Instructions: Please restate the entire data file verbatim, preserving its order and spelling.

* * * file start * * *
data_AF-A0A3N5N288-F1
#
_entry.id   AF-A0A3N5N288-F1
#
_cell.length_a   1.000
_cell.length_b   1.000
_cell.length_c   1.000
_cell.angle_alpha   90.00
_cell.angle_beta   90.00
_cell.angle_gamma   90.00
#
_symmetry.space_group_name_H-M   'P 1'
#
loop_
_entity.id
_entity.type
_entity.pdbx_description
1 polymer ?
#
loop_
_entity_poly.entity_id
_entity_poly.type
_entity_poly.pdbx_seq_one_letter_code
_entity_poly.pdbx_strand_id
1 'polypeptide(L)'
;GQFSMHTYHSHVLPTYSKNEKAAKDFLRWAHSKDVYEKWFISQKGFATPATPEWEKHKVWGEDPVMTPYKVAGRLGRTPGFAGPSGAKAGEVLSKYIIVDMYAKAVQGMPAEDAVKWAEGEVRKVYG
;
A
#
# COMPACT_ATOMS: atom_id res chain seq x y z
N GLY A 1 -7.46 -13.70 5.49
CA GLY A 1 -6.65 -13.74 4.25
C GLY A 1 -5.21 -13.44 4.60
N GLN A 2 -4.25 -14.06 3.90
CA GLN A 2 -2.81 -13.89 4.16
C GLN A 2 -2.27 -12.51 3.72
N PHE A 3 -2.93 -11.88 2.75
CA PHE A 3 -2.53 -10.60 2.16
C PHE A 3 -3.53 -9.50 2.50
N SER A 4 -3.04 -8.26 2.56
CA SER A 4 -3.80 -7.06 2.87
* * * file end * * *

data_AF-A0A3N5N288-F1
#
_entry.id   AF-A0A3N5N288-F1
#
_cell.length_a   1.000
_cell.length_b   1.000
_cell.length_c   1.000
_cell.angle_alpha   90.00
_cell.angle_beta   90.00
_cell.angle_gamma   90.00
#
_symmetry.space_group_name_H-M   'P 1'
#
loop_
_entity.id
_entity.type
_entity.pdbx_description
1 polymer ?
#
loop_
_entity_poly.entity_id
_entity_poly.type
_entity_poly.pdbx_seq_one_letter_code
_entity_poly.pdbx_strand_id
1 'polypeptide(L)'
;GQFSMHTYHSHVLPTYSKNEKAAKDFLRWAHSKDVYEKWFISQKGFATPATPEWEKHKVWGEDPVMTPYKVAGRLGRTPGFAGPSGAKAGEVLSKYIIVDMYAKAVQGMPAEDAVKWAEGEVRKVYG
;
A
#
# COMPACT_ATOMS: atom_id res chain seq x y z
N GLY A 1 -7.46 -13.70 5.49
CA GLY A 1 -6.65 -13.74 4.25
C GLY A 1 -5.21 -13.44 4.60
N GLN A 2 -4.25 -14.06 3.90
CA GLN A 2 -2.81 -13.89 4.16
C GLN A 2 -2.27 -12.51 3.72
N PHE A 3 -2.93 -11.88 2.75
CA PHE A 3 -2.53 -10.60 2.16
C PHE A 3 -3.53 -9.50 2.50
N SER A 4 -3.04 -8.26 2.56
CA SER A 4 -3.80 -7.06 2.87